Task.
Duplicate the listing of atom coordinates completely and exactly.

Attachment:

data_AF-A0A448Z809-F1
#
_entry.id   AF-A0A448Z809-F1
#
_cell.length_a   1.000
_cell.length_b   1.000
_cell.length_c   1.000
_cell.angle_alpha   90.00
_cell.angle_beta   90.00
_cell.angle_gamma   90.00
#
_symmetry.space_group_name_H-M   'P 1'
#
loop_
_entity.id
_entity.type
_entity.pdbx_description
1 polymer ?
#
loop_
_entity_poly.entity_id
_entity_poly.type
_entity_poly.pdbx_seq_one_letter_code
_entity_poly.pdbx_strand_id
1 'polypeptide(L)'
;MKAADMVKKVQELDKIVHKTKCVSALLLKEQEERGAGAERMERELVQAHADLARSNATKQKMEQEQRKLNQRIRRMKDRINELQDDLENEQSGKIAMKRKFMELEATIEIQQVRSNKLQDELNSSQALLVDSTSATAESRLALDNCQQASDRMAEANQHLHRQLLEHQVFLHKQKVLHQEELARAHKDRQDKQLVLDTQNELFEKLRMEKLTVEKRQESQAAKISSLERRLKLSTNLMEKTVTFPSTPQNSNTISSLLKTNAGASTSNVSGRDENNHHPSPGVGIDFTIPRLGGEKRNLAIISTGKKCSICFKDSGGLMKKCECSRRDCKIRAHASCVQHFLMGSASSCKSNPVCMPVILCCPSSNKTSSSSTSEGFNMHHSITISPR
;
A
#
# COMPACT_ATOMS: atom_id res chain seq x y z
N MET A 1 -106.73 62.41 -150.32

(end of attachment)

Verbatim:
data_AF-A0A448Z809-F1
#
_entry.id   AF-A0A448Z809-F1
#
_cell.length_a   1.000
_cell.length_b   1.000
_cell.length_c   1.000
_cell.angle_alpha   90.00
_cell.angle_beta   90.00
_cell.angle_gamma   90.00
#
_symmetry.space_group_name_H-M   'P 1'
#
loop_
_entity.id
_entity.type
_entity.pdbx_description
1 polymer ?
#
loop_
_entity_poly.entity_id
_entity_poly.type
_entity_poly.pdbx_seq_one_letter_code
_entity_poly.pdbx_strand_id
1 'polypeptide(L)'
;MKAADMVKKVQELDKIVHKTKCVSALLLKEQEERGAGAERMERELVQAHADLARSNATKQKMEQEQRKLNQRIRRMKDRINELQDDLENEQSGKIAMKRKFMELEATIEIQQVRSNKLQDELNSSQALLVDSTSATAESRLALDNCQQASDRMAEANQHLHRQLLEHQVFLHKQKVLHQEELARAHKDRQDKQLVLDTQNELFEKLRMEKLTVEKRQESQAAKISSLERRLKLSTNLMEKTVTFPSTPQNSNTISSLLKTNAGASTSNVSGRDENNHHPSPGVGIDFTIPRLGGEKRNLAIISTGKKCSICFKDSGGLMKKCECSRRDCKIRAHASCVQHFLMGSASSCKSNPVCMPVILCCPSSNKTSSSSTSEGFNMHHSITISPR
;
A
#
# COMPACT_ATOMS: atom_id res chain seq x y z
N MET A 1 -106.73 62.41 -150.32